This is a letter written by someone recently diagnosed. It is a beautifully open letter that shows the struggle emotionally with accepting this as “real” that I have been through myself. Her description of the struggles is so raw and real to me. I live her experience, too.
I wanted to share this because it was so powerful for me to see someone else’s response and experience with their friends and family. Our experience and emotions are different. I am so blessed with the level of support that I have and find myself able to offer grace to those who don’t get it it. It’s not my grace and forgiveness because I know that I’m not that strong. But it’s there when I’m judged and misunderstood and it keeps me strong to let other’s responses go. It’s not my job to convince them that this is real.
Anyway, please read this.
LOVE LETTER TO NORMALS
by Claudia M.
Here is my letter written to explain to family and friends what it’s like to have fibromyalgia. It won’t work miracles: it’s hard to understand our illness from the outside looking in. But it is a start and can open the door to important dialogues. You are all welcome to use it, either as is, or as a basis for writing your own. Remember that you have a responsibility to tell those close to you what is wrong and communicate as clearly as you can how you feel and what you need. The best time to do that is when you are not upset!
Fibromyalgia isn’t all in my head, and it isn’t contagious. It doesn’t turn into anything serious and nobody ever died from fibromyalgia (thought they might have wished they could on really awful days!!) If you want to read articles or books about fibromyalgia I can show you some that I think are good. If you just want to learn as we go along, that’s fine too. This is definitely going to be a process. The first step is for you to believe that there is an illness called fibromyalgia and that I have it. This may sound simple, but when you hear about my symptoms I don’t want you to think I’m making this all up as I go along.
Fibromyalgia is a high maintenance condition with lots and lots of different kinds of symptoms. There’s no way to just take a pill to make it go away, even for a little while. Sometimes a certain medication can make some of my symptoms more bearable. That’s about the best I can hope for. Other times I may take a lot of medication and still won’t feel any better. That’s just the way it goes. I can’t control how often I feel good or when I’m going to feel terrible. Lots of people have been cutting new drugs advertisements out of magazines for me and I appreciate the thought, but I’ve seen them too. Look at the list of side effects and the few symptoms they help in return. Even in the best studies those expensive compounds didn’t help over half the people who tried them. No matter how happy the people in the pictures look, there’s still no miracle drug available.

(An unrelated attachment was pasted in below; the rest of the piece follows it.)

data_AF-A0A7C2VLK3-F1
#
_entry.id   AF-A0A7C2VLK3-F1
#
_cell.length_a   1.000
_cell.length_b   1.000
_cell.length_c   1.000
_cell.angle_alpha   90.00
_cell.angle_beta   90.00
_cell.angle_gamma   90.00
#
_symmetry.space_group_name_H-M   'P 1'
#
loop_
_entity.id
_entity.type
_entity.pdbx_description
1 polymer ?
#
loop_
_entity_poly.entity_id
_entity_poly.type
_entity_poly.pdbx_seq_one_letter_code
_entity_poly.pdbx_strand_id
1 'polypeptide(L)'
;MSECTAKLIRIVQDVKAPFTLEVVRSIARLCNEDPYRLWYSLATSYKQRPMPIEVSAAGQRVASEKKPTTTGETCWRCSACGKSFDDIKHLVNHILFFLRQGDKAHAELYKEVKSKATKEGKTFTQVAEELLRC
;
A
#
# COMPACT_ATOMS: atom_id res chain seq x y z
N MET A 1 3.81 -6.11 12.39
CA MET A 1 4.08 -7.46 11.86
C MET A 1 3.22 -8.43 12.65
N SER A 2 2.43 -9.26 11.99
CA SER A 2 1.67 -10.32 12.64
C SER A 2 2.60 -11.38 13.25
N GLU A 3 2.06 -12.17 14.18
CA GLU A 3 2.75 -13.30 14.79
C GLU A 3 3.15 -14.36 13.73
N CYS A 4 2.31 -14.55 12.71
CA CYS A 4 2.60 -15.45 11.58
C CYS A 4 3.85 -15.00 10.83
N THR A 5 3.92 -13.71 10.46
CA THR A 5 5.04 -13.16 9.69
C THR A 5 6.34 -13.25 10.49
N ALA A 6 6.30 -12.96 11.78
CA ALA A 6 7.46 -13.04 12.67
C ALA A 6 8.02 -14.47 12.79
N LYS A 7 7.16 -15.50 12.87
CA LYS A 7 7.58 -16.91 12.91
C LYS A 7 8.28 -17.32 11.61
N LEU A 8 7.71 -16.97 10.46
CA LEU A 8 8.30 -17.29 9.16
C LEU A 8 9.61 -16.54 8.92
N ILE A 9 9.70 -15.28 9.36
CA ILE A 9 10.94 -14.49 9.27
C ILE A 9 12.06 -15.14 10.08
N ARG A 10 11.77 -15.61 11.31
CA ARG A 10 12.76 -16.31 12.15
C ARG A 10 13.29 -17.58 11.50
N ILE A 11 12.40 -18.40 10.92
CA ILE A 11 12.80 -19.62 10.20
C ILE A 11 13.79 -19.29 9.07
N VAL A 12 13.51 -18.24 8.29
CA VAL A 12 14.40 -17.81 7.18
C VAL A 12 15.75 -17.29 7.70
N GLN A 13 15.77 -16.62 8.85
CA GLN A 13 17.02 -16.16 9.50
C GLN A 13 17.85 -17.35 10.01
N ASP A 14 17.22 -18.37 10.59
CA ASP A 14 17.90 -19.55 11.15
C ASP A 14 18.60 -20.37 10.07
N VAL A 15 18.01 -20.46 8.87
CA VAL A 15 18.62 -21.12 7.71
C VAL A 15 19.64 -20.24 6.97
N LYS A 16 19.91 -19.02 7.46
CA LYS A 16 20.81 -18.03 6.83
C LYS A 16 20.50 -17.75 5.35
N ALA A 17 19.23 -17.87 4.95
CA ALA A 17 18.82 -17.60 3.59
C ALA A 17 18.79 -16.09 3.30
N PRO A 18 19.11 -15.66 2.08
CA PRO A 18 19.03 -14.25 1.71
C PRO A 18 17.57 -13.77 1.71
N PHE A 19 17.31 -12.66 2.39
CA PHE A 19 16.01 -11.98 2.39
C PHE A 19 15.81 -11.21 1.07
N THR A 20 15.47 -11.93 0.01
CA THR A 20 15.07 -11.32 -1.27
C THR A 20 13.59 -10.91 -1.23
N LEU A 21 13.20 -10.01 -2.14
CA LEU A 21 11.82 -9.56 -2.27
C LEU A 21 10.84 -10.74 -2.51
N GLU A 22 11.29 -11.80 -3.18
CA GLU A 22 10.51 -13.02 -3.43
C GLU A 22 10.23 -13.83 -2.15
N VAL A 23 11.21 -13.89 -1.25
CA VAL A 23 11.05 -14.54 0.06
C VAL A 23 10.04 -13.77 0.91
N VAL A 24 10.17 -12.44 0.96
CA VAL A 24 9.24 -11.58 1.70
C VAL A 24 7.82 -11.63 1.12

There’s no cure for fibromyalgia and it won’t go away. If I am functioning normally, I am having a good day. This doesn’t mean I’m getting better — I suffer from chronic pain and fatigue for which there is no cure. I can have good days, several good weeks or even months. But a good morning can suddenly turn into a terrible afternoon. I get a feeling like someone has pulled out a plug and all my energy has just run out of my body. I might get more irritable before these flares, and suddenly get more sensitive to noise or just collapse from deadening fatigue. Weather changes can have a big effect on how I feel. Other times there may be no warning, I may just suddenly feel awful. I can’t warn you when this is likely to happen because there isn’t any way for me to know. Sometimes this is a real spoiler and I’m sorry. The sadness I feel for what my illness does to those around me is more than I can easily describe. You may remember me as a light-hearted fun loving person — and it hurts me that I am no longer what I was.
Fibromyalgics have a different kind of pain that is hard to treat. It is not caused by inflammation like an injury. It is not a constant ache in one place like a broken bone. It moves around my body daily and hourly and changes in severity and type. Sometimes it is dull and sometimes it is cramping or prickly. Sometimes it’s jabbing and excruciating. If Eskimos have a hundred words for snow, fibromyalgics should have a hundred words for pain. Sometimes I just hurt all over like I’ve been beaten up or run over by a truck. Sometimes I feel too tired to lift up my arm.